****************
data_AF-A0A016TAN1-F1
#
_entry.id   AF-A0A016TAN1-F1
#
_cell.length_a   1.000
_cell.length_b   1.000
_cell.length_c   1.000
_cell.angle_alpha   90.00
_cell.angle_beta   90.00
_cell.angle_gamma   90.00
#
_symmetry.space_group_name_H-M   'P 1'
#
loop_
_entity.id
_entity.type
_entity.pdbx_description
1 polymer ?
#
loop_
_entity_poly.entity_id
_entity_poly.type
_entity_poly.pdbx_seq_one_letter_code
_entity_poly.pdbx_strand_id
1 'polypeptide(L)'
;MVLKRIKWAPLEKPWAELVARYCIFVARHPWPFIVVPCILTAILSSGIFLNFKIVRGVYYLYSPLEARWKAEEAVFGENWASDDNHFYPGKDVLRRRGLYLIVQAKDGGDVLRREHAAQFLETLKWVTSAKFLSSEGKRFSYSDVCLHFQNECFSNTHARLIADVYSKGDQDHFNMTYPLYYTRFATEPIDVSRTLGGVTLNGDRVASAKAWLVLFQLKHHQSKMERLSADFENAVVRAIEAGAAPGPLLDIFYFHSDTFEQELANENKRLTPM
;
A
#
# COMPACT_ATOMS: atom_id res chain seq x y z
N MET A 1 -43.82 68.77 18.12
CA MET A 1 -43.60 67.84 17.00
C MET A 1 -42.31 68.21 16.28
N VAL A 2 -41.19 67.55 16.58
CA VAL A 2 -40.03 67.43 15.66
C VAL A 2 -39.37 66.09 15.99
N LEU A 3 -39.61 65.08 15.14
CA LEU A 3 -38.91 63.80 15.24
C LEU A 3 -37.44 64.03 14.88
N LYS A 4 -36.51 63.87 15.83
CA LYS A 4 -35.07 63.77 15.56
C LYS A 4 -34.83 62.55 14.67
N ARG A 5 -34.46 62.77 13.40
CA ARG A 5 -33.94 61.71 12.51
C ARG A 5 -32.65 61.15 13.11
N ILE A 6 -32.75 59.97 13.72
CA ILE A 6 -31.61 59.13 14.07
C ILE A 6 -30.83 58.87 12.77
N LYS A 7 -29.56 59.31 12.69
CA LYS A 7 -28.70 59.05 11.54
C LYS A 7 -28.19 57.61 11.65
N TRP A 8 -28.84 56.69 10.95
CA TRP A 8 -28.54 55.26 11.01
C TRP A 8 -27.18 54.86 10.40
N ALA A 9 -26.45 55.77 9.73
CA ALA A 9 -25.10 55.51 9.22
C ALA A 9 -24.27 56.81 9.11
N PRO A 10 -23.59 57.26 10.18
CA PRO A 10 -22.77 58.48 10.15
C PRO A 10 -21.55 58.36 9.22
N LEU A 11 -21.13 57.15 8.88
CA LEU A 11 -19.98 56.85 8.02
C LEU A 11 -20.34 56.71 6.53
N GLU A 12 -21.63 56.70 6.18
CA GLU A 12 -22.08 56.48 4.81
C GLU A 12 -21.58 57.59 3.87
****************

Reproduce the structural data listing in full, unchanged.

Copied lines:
data_AF-A0A016TAN1-F1
#
_entry.id   AF-A0A016TAN1-F1
#
_cell.length_a   1.000
_cell.length_b   1.000
_cell.length_c   1.000
_cell.angle_alpha   90.00
_cell.angle_beta   90.00
_cell.angle_gamma   90.00
#
_symmetry.space_group_name_H-M   'P 1'
#
loop_
_entity.id
_entity.type
_entity.pdbx_description
1 polymer ?
#
loop_
_entity_poly.entity_id
_entity_poly.type
_entity_poly.pdbx_seq_one_letter_code
_entity_poly.pdbx_strand_id
1 'polypeptide(L)'
;MVLKRIKWAPLEKPWAELVARYCIFVARHPWPFIVVPCILTAILSSGIFLNFKIVRGVYYLYSPLEARWKAEEAVFGENWASDDNHFYPGKDVLRRRGLYLIVQAKDGGDVLRREHAAQFLETLKWVTSAKFLSSEGKRFSYSDVCLHFQNECFSNTHARLIADVYSKGDQDHFNMTYPLYYTRFATEPIDVSRTLGGVTLNGDRVASAKAWLVLFQLKHHQSKMERLSADFENAVVRAIEAGAAPGPLLDIFYFHSDTFEQELANENKRLTPM
;
A
#
# COMPACT_ATOMS: atom_id res chain seq x y z
N MET A 1 -43.82 68.77 18.12
CA MET A 1 -43.60 67.84 17.00
C MET A 1 -42.31 68.21 16.28
N VAL A 2 -41.19 67.55 16.58
CA VAL A 2 -40.03 67.43 15.66
C VAL A 2 -39.37 66.09 15.99
N LEU A 3 -39.61 65.08 15.14
CA LEU A 3 -38.91 63.80 15.24
C LEU A 3 -37.44 64.03 14.88
N LYS A 4 -36.51 63.87 15.83
CA LYS A 4 -35.07 63.77 15.56
C LYS A 4 -34.83 62.55 14.67
N ARG A 5 -34.46 62.77 13.40
CA ARG A 5 -33.94 61.71 12.51
C ARG A 5 -32.65 61.15 13.11
N ILE A 6 -32.75 59.97 13.72
CA ILE A 6 -31.61 59.13 14.07
C ILE A 6 -30.83 58.87 12.77
N LYS A 7 -29.56 59.31 12.69
CA LYS A 7 -28.70 59.05 11.54
C LYS A 7 -28.19 57.61 11.65
N TRP A 8 -28.84 56.69 10.95
CA TRP A 8 -28.54 55.26 11.01
C TRP A 8 -27.18 54.86 10.40
N ALA A 9 -26.45 55.77 9.73
CA ALA A 9 -25.10 55.51 9.22
C ALA A 9 -24.27 56.81 9.11
N PRO A 10 -23.59 57.26 10.18
CA PRO A 10 -22.77 58.48 10.15
C PRO A 10 -21.55 58.36 9.22
N LEU A 11 -21.13 57.15 8.88
CA LEU A 11 -19.98 56.85 8.02
C LEU A 11 -20.34 56.71 6.53
N GLU A 12 -21.63 56.70 6.18
CA GLU A 12 -22.08 56.48 4.81
C GLU A 12 -21.58 57.59 3.87